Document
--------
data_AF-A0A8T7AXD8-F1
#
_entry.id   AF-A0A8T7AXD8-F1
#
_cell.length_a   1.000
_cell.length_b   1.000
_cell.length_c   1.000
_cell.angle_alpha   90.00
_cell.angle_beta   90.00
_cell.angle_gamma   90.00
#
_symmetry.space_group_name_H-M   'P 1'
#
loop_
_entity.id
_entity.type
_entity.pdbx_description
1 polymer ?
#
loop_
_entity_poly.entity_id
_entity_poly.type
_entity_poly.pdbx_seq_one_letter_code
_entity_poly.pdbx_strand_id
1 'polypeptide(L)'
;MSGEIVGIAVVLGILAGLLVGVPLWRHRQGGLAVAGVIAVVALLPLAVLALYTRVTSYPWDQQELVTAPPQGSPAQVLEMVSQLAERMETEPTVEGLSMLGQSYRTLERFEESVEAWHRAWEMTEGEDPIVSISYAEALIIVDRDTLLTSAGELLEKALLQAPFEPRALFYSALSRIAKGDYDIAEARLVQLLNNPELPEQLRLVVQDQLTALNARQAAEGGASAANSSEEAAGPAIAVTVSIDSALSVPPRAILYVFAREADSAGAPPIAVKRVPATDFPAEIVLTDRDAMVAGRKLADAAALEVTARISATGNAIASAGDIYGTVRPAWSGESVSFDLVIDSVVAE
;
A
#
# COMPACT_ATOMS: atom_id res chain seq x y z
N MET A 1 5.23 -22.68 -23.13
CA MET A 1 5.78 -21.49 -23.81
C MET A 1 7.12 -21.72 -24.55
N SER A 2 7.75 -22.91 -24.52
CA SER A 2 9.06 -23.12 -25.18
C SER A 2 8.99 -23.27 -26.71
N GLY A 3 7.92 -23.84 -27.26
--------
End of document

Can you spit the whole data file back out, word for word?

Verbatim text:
data_AF-A0A8T7AXD8-F1
#
_entry.id   AF-A0A8T7AXD8-F1
#
_cell.length_a   1.000
_cell.length_b   1.000
_cell.length_c   1.000
_cell.angle_alpha   90.00
_cell.angle_beta   90.00
_cell.angle_gamma   90.00
#
_symmetry.space_group_name_H-M   'P 1'
#
loop_
_entity.id
_entity.type
_entity.pdbx_description
1 polymer ?
#
loop_
_entity_poly.entity_id
_entity_poly.type
_entity_poly.pdbx_seq_one_letter_code
_entity_poly.pdbx_strand_id
1 'polypeptide(L)'
;MSGEIVGIAVVLGILAGLLVGVPLWRHRQGGLAVAGVIAVVALLPLAVLALYTRVTSYPWDQQELVTAPPQGSPAQVLEMVSQLAERMETEPTVEGLSMLGQSYRTLERFEESVEAWHRAWEMTEGEDPIVSISYAEALIIVDRDTLLTSAGELLEKALLQAPFEPRALFYSALSRIAKGDYDIAEARLVQLLNNPELPEQLRLVVQDQLTALNARQAAEGGASAANSSEEAAGPAIAVTVSIDSALSVPPRAILYVFAREADSAGAPPIAVKRVPATDFPAEIVLTDRDAMVAGRKLADAAALEVTARISATGNAIASAGDIYGTVRPAWSGESVSFDLVIDSVVAE
;
A
#
# COMPACT_ATOMS: atom_id res chain seq x y z
N MET A 1 5.23 -22.68 -23.13
CA MET A 1 5.78 -21.49 -23.81
C MET A 1 7.12 -21.72 -24.55
N SER A 2 7.75 -22.91 -24.52
CA SER A 2 9.06 -23.12 -25.18
C SER A 2 8.99 -23.27 -26.71
N GLY A 3 7.92 -23.84 -27.26